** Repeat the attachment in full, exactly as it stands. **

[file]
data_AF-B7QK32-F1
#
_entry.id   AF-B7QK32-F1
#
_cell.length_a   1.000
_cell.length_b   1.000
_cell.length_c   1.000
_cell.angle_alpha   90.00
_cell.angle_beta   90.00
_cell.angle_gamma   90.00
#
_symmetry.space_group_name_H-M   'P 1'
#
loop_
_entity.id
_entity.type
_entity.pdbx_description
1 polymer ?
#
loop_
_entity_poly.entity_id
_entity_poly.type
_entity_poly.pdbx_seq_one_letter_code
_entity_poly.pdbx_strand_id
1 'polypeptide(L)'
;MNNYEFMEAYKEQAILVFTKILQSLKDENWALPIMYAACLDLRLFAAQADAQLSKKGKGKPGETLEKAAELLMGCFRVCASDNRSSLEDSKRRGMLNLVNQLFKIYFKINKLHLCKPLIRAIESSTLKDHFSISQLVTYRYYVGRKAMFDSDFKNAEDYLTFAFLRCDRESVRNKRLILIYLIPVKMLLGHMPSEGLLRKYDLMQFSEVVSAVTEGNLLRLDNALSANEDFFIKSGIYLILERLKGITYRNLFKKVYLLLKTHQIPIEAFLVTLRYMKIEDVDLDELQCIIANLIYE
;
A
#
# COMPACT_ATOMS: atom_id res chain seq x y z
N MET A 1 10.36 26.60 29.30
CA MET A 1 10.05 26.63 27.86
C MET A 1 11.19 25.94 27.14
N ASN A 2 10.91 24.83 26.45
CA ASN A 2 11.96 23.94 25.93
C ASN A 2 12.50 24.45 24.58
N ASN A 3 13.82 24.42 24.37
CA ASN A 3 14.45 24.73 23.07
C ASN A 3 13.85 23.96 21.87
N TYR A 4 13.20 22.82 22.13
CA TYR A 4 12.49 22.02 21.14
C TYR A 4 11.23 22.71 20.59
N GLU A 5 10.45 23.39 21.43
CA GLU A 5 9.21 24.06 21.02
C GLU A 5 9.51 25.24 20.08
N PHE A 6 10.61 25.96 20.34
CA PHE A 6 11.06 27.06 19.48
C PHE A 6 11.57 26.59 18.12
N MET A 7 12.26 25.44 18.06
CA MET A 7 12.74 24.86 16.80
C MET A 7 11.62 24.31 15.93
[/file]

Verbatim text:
data_AF-B7QK32-F1
#
_entry.id   AF-B7QK32-F1
#
_cell.length_a   1.000
_cell.length_b   1.000
_cell.length_c   1.000
_cell.angle_alpha   90.00
_cell.angle_beta   90.00
_cell.angle_gamma   90.00
#
_symmetry.space_group_name_H-M   'P 1'
#
loop_
_entity.id
_entity.type
_entity.pdbx_description
1 polymer ?
#
loop_
_entity_poly.entity_id
_entity_poly.type
_entity_poly.pdbx_seq_one_letter_code
_entity_poly.pdbx_strand_id
1 'polypeptide(L)'
;MNNYEFMEAYKEQAILVFTKILQSLKDENWALPIMYAACLDLRLFAAQADAQLSKKGKGKPGETLEKAAELLMGCFRVCASDNRSSLEDSKRRGMLNLVNQLFKIYFKINKLHLCKPLIRAIESSTLKDHFSISQLVTYRYYVGRKAMFDSDFKNAEDYLTFAFLRCDRESVRNKRLILIYLIPVKMLLGHMPSEGLLRKYDLMQFSEVVSAVTEGNLLRLDNALSANEDFFIKSGIYLILERLKGITYRNLFKKVYLLLKTHQIPIEAFLVTLRYMKIEDVDLDELQCIIANLIYE
;
A
#
# COMPACT_ATOMS: atom_id res chain seq x y z
N MET A 1 10.36 26.60 29.30
CA MET A 1 10.05 26.63 27.86
C MET A 1 11.19 25.94 27.14
N ASN A 2 10.91 24.83 26.45
CA ASN A 2 11.96 23.94 25.93
C ASN A 2 12.50 24.45 24.58
N ASN A 3 13.82 24.42 24.37
CA ASN A 3 14.45 24.73 23.07
C ASN A 3 13.85 23.96 21.87
N TYR A 4 13.20 22.82 22.13
CA TYR A 4 12.49 22.02 21.14
C TYR A 4 11.23 22.71 20.59
N GLU A 5 10.45 23.39 21.43
CA GLU A 5 9.21 24.06 21.02
C GLU A 5 9.51 25.24 20.08
N PHE A 6 10.61 25.96 20.34
CA PHE A 6 11.06 27.06 19.48
C PHE A 6 11.57 26.59 18.12
N MET A 7 12.26 25.44 18.06
CA MET A 7 12.74 24.86 16.80
C MET A 7 11.62 24.31 15.93